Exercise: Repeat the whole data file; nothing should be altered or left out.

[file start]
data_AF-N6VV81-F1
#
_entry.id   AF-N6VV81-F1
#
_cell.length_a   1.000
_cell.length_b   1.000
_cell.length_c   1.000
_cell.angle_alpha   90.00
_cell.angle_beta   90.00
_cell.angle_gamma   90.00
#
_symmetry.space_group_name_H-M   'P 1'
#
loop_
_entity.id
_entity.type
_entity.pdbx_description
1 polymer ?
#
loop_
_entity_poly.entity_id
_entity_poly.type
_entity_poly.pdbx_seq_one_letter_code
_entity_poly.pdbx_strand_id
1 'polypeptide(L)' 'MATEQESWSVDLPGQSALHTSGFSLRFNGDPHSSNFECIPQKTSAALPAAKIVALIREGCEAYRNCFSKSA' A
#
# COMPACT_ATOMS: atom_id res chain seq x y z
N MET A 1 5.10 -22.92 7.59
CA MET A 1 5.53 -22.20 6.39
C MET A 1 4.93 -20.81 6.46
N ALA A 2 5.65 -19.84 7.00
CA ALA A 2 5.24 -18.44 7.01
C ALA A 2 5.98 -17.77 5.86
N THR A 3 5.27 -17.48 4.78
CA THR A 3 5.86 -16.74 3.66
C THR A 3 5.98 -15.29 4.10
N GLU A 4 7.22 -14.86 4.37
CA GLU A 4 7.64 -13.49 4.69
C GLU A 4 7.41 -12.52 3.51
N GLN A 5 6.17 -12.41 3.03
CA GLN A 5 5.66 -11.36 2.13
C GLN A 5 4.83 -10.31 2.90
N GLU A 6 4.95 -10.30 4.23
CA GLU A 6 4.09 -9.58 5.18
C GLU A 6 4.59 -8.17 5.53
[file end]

data_AF-N6VV81-F1
#
_entry.id   AF-N6VV81-F1
#
_cell.length_a   1.000
_cell.length_b   1.000
_cell.length_c   1.000
_cell.angle_alpha   90.00
_cell.angle_beta   90.00
_cell.angle_gamma   90.00
#
_symmetry.space_group_name_H-M   'P 1'
#
loop_
_entity.id
_entity.type
_entity.pdbx_description
1 polymer ?
#
loop_
_entity_poly.entity_id
_entity_poly.type
_entity_poly.pdbx_seq_one_letter_code
_entity_poly.pdbx_strand_id
1 'polypeptide(L)' 'MATEQESWSVDLPGQSALHTSGFSLRFNGDPHSSNFECIPQKTSAALPAAKIVALIREGCEAYRNCFSKSA' A
#
# COMPACT_ATOMS: atom_id res chain seq x y z
N MET A 1 5.10 -22.92 7.59
CA MET A 1 5.53 -22.20 6.39
C MET A 1 4.93 -20.81 6.46
N ALA A 2 5.65 -19.84 7.00
CA ALA A 2 5.24 -18.44 7.01
C ALA A 2 5.98 -17.77 5.86
N THR A 3 5.27 -17.48 4.78
CA THR A 3 5.86 -16.74 3.66
C THR A 3 5.98 -15.29 4.10
N GLU A 4 7.22 -14.86 4.37
CA GLU A 4 7.64 -13.49 4.69
C GLU A 4 7.41 -12.52 3.51
N GLN A 5 6.17 -12.41 3.03
CA GLN A 5 5.66 -11.36 2.13
C GLN A 5 4.83 -10.31 2.90
N GLU A 6 4.95 -10.30 4.23
CA GLU A 6 4.09 -9.58 5.18
C GLU A 6 4.59 -8.17 5.53